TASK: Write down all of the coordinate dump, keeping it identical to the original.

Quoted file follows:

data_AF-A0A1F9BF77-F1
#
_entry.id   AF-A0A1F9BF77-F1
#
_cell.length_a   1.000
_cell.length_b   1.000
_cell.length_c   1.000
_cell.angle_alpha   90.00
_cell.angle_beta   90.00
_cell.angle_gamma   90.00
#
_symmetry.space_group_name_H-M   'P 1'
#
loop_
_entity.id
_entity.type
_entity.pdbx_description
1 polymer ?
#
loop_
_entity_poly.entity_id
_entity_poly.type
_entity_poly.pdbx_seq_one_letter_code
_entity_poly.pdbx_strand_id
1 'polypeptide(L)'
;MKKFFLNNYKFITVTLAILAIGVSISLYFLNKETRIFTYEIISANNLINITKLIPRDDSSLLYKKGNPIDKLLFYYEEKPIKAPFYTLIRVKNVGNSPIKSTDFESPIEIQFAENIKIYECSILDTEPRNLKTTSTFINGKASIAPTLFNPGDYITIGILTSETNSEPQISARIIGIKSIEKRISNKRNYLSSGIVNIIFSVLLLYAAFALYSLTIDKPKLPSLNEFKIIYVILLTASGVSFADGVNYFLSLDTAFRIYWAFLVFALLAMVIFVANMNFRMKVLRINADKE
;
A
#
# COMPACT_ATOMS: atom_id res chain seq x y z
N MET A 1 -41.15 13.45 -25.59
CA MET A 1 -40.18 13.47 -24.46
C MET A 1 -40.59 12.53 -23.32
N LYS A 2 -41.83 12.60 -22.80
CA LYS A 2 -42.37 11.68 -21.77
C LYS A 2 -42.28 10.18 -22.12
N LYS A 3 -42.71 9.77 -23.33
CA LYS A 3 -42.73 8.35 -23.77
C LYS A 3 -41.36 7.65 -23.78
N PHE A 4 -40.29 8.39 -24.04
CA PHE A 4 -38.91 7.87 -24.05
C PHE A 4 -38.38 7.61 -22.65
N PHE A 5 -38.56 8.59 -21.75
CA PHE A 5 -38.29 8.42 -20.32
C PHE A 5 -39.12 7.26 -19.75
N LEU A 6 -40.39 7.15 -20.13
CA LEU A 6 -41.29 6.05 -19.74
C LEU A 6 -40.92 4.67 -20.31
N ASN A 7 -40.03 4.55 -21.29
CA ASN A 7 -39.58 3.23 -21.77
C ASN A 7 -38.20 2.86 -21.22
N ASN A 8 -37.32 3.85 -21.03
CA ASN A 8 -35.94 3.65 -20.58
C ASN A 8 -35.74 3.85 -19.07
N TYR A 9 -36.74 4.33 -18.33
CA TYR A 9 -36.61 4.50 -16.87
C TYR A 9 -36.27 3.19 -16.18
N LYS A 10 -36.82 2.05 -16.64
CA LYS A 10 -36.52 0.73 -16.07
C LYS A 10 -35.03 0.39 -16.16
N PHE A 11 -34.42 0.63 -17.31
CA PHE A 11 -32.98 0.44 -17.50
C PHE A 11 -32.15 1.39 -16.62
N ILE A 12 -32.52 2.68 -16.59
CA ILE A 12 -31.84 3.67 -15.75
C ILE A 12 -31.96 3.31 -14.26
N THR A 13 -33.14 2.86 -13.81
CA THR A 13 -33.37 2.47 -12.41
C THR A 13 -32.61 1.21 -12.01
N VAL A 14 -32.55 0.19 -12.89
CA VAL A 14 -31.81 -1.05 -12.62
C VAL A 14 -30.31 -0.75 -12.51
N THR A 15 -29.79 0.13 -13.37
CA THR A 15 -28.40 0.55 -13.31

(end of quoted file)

data_AF-A0A1F9BF77-F1
#
_entry.id   AF-A0A1F9BF77-F1
#
_cell.length_a   1.000
_cell.length_b   1.000
_cell.length_c   1.000
_cell.angle_alpha   90.00
_cell.angle_beta   90.00
_cell.angle_gamma   90.00
#
_symmetry.space_group_name_H-M   'P 1'
#
loop_
_entity.id
_entity.type
_entity.pdbx_description
1 polymer ?
#
loop_
_entity_poly.entity_id
_entity_poly.type
_entity_poly.pdbx_seq_one_letter_code
_entity_poly.pdbx_strand_id
1 'polypeptide(L)'
;MKKFFLNNYKFITVTLAILAIGVSISLYFLNKETRIFTYEIISANNLINITKLIPRDDSSLLYKKGNPIDKLLFYYEEKPIKAPFYTLIRVKNVGNSPIKSTDFESPIEIQFAENIKIYECSILDTEPRNLKTTSTFINGKASIAPTLFNPGDYITIGILTSETNSEPQISARIIGIKSIEKRISNKRNYLSSGIVNIIFSVLLLYAAFALYSLTIDKPKLPSLNEFKIIYVILLTASGVSFADGVNYFLSLDTAFRIYWAFLVFALLAMVIFVANMNFRMKVLRINADKE
;
A
#
# COMPACT_ATOMS: atom_id res chain seq x y z
N MET A 1 -41.15 13.45 -25.59
CA MET A 1 -40.18 13.47 -24.46
C MET A 1 -40.59 12.53 -23.32
N LYS A 2 -41.83 12.60 -22.80
CA LYS A 2 -42.37 11.68 -21.77
C LYS A 2 -42.28 10.18 -22.12
N LYS A 3 -42.71 9.77 -23.33
CA LYS A 3 -42.73 8.35 -23.77
C LYS A 3 -41.36 7.65 -23.78
N PHE A 4 -40.29 8.39 -24.04
CA PHE A 4 -38.91 7.87 -24.05
C PHE A 4 -38.38 7.61 -22.65
N PHE A 5 -38.56 8.59 -21.75
CA PHE A 5 -38.29 8.42 -20.32
C PHE A 5 -39.12 7.26 -19.75
N LEU A 6 -40.39 7.15 -20.13
CA LEU A 6 -41.29 6.05 -19.74
C LEU A 6 -40.92 4.67 -20.31
N ASN A 7 -40.03 4.55 -21.29
CA ASN A 7 -39.58 3.23 -21.77
C ASN A 7 -38.20 2.86 -21.22
N ASN A 8 -37.32 3.85 -21.03
CA ASN A 8 -35.94 3.65 -20.58
C ASN A 8 -35.74 3.85 -19.07
N TYR A 9 -36.74 4.33 -18.33
CA TYR A 9 -36.61 4.50 -16.87
C TYR A 9 -36.27 3.19 -16.18
N LYS A 10 -36.82 2.05 -16.64
CA LYS A 10 -36.52 0.73 -16.07
C LYS A 10 -35.03 0.39 -16.16
N PHE A 11 -34.42 0.63 -17.31
CA PHE A 11 -32.98 0.44 -17.50
C PHE A 11 -32.15 1.39 -16.62
N ILE A 12 -32.52 2.68 -16.59
CA ILE A 12 -31.84 3.67 -15.75
C ILE A 12 -31.96 3.31 -14.26
N THR A 13 -33.14 2.86 -13.81
CA THR A 13 -33.37 2.47 -12.41
C THR A 13 -32.61 1.21 -12.01
N VAL A 14 -32.55 0.19 -12.89
CA VAL A 14 -31.81 -1.05 -12.62
C VAL A 14 -30.31 -0.75 -12.51
N THR A 15 -29.79 0.13 -13.37
CA THR A 15 -28.40 0.55 -13.31